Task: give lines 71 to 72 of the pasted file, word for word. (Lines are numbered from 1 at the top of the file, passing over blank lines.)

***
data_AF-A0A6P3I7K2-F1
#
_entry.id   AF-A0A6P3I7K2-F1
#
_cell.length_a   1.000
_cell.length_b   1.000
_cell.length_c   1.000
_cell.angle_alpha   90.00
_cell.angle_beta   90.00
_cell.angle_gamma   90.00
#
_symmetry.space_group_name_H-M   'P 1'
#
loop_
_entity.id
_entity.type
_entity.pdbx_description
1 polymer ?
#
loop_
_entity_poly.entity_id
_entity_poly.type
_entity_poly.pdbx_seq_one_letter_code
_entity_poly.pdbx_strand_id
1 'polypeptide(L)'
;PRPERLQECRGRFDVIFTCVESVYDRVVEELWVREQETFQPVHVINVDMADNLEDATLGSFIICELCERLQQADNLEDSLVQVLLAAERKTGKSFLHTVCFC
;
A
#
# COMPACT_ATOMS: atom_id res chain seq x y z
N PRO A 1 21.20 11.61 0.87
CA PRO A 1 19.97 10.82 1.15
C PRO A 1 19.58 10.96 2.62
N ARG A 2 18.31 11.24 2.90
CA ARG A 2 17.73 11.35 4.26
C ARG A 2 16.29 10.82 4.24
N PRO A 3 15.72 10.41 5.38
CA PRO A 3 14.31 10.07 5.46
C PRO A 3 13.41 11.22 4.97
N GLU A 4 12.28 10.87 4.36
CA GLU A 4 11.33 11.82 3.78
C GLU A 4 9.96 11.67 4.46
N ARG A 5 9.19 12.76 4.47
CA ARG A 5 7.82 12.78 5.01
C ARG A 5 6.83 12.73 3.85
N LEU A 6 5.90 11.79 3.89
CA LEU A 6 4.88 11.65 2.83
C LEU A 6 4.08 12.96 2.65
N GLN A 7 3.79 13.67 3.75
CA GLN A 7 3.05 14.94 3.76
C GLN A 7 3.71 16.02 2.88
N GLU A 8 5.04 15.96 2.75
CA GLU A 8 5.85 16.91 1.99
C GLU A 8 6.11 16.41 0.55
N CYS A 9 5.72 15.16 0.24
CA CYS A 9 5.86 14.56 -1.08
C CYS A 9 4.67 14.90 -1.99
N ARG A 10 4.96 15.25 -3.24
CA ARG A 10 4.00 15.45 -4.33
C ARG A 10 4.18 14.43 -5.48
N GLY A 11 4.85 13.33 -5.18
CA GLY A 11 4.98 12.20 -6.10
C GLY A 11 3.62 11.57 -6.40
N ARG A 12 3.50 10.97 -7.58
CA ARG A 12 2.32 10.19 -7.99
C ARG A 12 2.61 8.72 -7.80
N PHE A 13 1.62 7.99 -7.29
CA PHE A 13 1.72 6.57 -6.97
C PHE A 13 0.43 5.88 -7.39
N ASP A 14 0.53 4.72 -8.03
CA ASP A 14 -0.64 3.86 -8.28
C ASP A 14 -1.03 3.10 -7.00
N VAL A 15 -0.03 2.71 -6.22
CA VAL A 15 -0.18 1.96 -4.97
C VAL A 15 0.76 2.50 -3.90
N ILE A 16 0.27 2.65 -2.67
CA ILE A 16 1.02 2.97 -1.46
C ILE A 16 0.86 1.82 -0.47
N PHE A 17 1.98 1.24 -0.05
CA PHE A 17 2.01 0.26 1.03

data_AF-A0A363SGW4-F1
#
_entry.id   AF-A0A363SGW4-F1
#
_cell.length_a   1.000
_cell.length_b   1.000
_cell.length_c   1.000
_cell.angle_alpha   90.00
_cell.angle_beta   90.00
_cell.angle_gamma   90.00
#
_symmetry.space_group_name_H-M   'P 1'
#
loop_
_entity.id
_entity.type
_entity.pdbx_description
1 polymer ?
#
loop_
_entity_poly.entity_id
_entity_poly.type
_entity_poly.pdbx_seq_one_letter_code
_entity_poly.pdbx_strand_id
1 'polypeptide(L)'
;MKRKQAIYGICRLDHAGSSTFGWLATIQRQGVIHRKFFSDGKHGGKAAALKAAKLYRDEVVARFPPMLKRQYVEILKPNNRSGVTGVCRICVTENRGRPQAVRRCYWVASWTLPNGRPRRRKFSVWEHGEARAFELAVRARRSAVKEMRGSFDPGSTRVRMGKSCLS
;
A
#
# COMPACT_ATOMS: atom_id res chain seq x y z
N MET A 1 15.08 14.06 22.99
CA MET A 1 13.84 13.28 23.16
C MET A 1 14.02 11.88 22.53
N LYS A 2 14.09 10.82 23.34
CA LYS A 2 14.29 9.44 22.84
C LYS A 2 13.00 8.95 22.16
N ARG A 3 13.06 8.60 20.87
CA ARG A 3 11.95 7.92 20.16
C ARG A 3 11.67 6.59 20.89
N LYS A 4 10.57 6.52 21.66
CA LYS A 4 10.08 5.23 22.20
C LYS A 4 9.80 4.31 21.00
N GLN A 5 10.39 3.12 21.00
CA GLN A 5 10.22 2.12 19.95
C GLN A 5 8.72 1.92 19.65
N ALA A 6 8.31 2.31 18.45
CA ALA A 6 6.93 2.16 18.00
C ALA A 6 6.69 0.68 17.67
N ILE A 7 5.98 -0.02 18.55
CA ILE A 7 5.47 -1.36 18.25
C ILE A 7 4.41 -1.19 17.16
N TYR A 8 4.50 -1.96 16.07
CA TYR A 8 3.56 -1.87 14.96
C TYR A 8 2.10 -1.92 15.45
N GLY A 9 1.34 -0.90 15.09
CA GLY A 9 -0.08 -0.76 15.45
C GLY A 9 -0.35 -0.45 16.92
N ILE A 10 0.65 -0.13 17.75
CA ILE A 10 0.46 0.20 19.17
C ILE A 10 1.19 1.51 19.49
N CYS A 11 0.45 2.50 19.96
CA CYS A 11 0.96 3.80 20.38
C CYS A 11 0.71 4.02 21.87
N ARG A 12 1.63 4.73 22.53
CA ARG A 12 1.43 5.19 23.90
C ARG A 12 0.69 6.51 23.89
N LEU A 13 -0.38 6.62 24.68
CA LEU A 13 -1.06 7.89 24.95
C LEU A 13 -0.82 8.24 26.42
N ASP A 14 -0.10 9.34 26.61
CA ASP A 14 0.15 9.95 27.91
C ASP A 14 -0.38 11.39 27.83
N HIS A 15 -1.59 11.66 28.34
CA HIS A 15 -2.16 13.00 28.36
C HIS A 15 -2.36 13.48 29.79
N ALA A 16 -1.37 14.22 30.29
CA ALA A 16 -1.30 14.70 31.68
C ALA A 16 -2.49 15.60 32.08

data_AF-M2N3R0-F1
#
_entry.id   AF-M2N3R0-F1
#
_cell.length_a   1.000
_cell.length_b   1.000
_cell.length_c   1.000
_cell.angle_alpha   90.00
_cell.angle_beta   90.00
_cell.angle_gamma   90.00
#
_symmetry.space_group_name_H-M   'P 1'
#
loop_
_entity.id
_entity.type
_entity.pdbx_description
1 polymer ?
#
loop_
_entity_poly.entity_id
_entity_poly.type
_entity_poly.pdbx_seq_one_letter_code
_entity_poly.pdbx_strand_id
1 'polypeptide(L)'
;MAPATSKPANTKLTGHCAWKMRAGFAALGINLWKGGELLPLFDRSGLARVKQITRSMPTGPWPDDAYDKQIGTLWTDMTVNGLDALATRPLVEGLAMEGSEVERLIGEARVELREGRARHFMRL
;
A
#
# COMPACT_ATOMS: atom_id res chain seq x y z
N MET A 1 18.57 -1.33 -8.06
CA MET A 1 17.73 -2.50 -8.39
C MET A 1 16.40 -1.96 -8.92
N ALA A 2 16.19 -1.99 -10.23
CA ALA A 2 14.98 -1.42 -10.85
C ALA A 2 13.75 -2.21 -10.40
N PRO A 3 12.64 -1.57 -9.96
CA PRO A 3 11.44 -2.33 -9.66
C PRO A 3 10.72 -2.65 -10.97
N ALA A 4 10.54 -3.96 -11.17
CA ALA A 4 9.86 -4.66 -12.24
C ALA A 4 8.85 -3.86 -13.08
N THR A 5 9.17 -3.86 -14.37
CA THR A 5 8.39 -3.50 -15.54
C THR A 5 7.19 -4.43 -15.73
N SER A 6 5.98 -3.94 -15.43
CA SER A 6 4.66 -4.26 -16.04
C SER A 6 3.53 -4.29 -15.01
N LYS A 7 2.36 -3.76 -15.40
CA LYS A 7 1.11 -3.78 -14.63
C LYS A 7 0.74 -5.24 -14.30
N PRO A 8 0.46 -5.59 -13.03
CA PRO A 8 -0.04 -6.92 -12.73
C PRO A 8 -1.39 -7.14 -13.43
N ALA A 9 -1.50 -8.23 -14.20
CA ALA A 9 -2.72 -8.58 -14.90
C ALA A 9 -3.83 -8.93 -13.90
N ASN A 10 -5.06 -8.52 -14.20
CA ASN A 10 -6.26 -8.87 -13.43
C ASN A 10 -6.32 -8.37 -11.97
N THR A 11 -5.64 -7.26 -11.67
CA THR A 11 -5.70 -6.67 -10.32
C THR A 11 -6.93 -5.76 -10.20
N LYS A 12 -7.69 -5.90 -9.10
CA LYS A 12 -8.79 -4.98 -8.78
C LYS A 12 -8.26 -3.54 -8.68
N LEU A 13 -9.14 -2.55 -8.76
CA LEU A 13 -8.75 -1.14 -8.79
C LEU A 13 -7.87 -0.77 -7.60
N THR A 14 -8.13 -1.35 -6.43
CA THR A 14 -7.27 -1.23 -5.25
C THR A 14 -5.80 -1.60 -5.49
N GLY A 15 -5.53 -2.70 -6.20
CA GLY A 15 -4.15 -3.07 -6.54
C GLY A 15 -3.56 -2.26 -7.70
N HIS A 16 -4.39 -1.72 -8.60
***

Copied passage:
CA ASP A 14 -0.64 3.86 -8.28
C ASP A 14 -1.03 3.10 -7.00